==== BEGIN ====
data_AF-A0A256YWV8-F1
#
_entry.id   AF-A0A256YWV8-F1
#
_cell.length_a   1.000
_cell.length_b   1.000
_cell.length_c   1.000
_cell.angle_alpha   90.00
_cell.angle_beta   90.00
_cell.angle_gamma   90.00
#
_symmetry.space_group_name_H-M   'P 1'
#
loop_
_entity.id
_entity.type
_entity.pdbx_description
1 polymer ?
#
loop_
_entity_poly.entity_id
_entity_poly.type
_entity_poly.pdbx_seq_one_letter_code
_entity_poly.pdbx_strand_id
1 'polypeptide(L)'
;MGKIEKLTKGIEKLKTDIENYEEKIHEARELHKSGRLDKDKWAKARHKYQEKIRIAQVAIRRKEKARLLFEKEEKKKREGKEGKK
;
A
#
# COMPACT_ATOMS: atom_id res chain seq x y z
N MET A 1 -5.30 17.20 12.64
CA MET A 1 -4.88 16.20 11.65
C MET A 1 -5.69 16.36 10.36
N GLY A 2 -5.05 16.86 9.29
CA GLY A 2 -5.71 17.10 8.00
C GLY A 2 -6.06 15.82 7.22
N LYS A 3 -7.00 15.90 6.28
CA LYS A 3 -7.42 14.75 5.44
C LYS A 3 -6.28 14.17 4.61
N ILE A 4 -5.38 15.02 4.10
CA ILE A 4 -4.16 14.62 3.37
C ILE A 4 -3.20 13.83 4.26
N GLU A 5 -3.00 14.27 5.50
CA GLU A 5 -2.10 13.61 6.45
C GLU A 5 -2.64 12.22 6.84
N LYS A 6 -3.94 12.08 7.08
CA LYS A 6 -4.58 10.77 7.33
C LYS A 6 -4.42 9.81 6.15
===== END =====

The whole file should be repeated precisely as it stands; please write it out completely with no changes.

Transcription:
data_AF-A0A256YWV8-F1
#
_entry.id   AF-A0A256YWV8-F1
#
_cell.length_a   1.000
_cell.length_b   1.000
_cell.length_c   1.000
_cell.angle_alpha   90.00
_cell.angle_beta   90.00
_cell.angle_gamma   90.00
#
_symmetry.space_group_name_H-M   'P 1'
#
loop_
_entity.id
_entity.type
_entity.pdbx_description
1 polymer ?
#
loop_
_entity_poly.entity_id
_entity_poly.type
_entity_poly.pdbx_seq_one_letter_code
_entity_poly.pdbx_strand_id
1 'polypeptide(L)'
;MGKIEKLTKGIEKLKTDIENYEEKIHEARELHKSGRLDKDKWAKARHKYQEKIRIAQVAIRRKEKARLLFEKEEKKKREGKEGKK
;
A
#
# COMPACT_ATOMS: atom_id res chain seq x y z
N MET A 1 -5.30 17.20 12.64
CA MET A 1 -4.88 16.20 11.65
C MET A 1 -5.69 16.36 10.36
N GLY A 2 -5.05 16.86 9.29
CA GLY A 2 -5.71 17.10 8.00
C GLY A 2 -6.06 15.82 7.22
N LYS A 3 -7.00 15.90 6.28
CA LYS A 3 -7.42 14.75 5.44
C LYS A 3 -6.28 14.17 4.61
N ILE A 4 -5.38 15.02 4.10
CA ILE A 4 -4.16 14.62 3.37
C ILE A 4 -3.20 13.83 4.26
N GLU A 5 -3.00 14.27 5.50
CA GLU A 5 -2.10 13.61 6.45
C GLU A 5 -2.64 12.22 6.84
N LYS A 6 -3.94 12.08 7.08
CA LYS A 6 -4.58 10.77 7.33
C LYS A 6 -4.42 9.81 6.15